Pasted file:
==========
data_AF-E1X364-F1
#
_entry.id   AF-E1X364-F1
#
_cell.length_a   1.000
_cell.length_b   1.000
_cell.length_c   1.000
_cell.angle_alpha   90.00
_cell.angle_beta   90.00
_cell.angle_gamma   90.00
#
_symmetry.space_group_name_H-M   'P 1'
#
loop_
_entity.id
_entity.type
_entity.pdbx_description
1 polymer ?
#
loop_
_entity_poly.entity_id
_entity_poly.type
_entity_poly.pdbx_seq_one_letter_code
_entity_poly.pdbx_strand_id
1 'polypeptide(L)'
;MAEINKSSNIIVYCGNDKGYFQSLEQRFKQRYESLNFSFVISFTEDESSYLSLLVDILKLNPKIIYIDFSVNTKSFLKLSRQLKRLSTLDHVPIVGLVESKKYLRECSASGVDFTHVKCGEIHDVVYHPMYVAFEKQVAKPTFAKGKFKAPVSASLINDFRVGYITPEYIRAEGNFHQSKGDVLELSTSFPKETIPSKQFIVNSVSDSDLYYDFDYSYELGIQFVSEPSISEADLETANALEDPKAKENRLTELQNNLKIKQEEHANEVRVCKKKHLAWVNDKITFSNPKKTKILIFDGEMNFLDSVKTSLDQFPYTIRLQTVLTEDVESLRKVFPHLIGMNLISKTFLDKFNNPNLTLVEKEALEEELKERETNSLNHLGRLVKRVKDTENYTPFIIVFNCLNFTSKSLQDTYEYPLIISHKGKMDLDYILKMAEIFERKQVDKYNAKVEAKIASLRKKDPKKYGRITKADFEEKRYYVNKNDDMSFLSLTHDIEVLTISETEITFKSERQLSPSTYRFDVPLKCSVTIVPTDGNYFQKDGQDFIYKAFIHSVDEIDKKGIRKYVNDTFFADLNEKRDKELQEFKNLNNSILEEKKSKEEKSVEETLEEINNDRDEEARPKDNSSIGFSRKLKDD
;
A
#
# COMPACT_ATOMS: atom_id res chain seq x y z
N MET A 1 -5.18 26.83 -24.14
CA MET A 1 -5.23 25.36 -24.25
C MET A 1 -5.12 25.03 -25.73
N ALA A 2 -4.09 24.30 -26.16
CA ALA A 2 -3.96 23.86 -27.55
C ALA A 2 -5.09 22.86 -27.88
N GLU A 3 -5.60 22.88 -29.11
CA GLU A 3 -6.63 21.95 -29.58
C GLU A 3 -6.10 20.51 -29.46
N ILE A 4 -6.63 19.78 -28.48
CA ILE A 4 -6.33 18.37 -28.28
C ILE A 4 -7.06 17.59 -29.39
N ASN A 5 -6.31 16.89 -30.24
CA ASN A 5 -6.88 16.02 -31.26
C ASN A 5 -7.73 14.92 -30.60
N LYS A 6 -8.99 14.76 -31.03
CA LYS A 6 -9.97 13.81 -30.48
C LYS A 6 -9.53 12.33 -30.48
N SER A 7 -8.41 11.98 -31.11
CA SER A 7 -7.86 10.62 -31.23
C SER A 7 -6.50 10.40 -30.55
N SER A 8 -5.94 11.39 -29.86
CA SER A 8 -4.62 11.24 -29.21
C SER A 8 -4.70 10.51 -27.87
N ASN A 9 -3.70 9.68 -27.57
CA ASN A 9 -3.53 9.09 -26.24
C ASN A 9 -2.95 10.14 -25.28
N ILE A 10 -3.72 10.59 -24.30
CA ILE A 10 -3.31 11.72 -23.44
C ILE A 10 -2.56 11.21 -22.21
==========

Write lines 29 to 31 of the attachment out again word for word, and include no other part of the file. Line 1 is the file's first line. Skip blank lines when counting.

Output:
#
# COMPACT_ATOMS: atom_id res chain seq x y z
N MET A 1 -5.18 26.83 -24.14